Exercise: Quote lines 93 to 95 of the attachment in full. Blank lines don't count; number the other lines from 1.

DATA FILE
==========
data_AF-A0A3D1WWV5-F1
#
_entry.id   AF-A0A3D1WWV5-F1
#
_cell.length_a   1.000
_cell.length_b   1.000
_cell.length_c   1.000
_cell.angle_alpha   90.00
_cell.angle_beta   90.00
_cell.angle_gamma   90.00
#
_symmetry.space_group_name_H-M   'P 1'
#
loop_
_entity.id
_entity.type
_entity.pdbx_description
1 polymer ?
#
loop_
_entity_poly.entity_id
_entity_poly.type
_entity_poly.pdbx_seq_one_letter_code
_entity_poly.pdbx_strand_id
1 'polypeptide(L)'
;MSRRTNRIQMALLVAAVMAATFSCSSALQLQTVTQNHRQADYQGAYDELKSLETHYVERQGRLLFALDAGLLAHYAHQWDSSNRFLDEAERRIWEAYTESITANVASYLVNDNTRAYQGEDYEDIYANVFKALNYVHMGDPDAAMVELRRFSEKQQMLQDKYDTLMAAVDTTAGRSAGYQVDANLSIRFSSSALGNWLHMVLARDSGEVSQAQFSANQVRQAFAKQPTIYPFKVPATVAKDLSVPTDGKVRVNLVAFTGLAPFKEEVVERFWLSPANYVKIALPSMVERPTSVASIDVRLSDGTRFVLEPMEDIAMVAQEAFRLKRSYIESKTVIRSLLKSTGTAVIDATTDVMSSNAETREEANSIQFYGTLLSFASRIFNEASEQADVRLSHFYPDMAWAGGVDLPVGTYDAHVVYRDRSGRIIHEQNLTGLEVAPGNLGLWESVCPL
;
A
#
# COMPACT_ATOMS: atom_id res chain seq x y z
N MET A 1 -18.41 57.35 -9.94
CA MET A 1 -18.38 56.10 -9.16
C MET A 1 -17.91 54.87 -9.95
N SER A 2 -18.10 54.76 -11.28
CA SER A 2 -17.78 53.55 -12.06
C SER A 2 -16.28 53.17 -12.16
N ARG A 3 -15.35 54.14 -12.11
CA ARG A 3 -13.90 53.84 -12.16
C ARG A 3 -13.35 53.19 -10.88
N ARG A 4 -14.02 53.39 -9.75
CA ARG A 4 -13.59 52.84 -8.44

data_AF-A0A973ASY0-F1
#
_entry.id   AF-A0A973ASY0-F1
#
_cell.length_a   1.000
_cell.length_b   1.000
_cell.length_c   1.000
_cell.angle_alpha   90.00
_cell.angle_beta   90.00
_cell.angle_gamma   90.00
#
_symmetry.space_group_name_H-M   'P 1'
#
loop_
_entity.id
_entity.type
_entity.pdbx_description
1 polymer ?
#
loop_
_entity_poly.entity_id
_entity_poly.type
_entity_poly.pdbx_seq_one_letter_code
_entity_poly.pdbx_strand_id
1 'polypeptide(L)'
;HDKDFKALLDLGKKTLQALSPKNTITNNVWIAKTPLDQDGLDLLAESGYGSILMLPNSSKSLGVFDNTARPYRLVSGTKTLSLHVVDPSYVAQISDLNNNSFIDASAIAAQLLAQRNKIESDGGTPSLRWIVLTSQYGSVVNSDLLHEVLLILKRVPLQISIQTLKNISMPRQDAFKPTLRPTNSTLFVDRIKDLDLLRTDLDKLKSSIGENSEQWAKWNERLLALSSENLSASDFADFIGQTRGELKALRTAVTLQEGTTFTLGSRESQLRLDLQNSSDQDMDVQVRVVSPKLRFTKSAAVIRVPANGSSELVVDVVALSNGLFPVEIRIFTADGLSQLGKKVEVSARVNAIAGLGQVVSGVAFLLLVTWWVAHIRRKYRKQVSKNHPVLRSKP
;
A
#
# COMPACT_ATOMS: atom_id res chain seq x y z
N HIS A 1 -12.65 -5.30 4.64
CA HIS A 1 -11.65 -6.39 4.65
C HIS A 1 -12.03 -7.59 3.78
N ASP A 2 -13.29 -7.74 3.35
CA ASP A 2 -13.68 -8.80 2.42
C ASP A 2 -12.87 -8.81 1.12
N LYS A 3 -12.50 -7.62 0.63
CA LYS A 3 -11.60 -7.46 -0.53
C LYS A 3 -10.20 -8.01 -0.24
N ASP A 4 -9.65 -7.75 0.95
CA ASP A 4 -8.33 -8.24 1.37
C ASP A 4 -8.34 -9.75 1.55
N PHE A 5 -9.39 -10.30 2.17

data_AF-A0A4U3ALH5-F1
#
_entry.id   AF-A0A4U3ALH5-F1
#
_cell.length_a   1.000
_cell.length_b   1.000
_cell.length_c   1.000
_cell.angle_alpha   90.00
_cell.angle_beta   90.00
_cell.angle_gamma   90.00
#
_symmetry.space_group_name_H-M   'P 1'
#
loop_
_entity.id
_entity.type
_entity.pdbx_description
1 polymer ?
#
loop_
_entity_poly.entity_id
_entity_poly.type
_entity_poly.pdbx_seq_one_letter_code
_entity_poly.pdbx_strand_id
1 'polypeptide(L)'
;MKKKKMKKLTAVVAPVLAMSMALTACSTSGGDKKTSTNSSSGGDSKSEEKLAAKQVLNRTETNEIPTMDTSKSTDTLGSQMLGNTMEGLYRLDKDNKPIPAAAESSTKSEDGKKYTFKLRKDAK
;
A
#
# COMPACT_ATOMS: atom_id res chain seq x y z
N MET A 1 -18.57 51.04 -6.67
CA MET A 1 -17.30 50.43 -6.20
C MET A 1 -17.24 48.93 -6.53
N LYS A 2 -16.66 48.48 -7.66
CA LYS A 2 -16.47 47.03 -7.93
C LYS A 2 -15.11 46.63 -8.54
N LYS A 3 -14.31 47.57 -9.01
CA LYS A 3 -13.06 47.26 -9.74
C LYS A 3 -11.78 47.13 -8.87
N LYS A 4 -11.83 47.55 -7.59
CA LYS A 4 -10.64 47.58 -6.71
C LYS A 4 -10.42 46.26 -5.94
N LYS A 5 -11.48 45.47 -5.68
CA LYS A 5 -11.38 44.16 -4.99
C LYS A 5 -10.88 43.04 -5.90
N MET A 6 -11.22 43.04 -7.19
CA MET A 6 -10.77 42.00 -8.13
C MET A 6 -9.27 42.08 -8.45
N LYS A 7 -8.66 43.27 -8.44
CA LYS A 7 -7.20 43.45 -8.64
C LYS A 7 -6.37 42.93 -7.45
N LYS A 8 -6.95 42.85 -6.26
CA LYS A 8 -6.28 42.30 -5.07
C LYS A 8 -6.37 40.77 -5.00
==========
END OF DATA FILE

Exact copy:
_cell.angle_beta   90.00
_cell.angle_gamma   90.00
#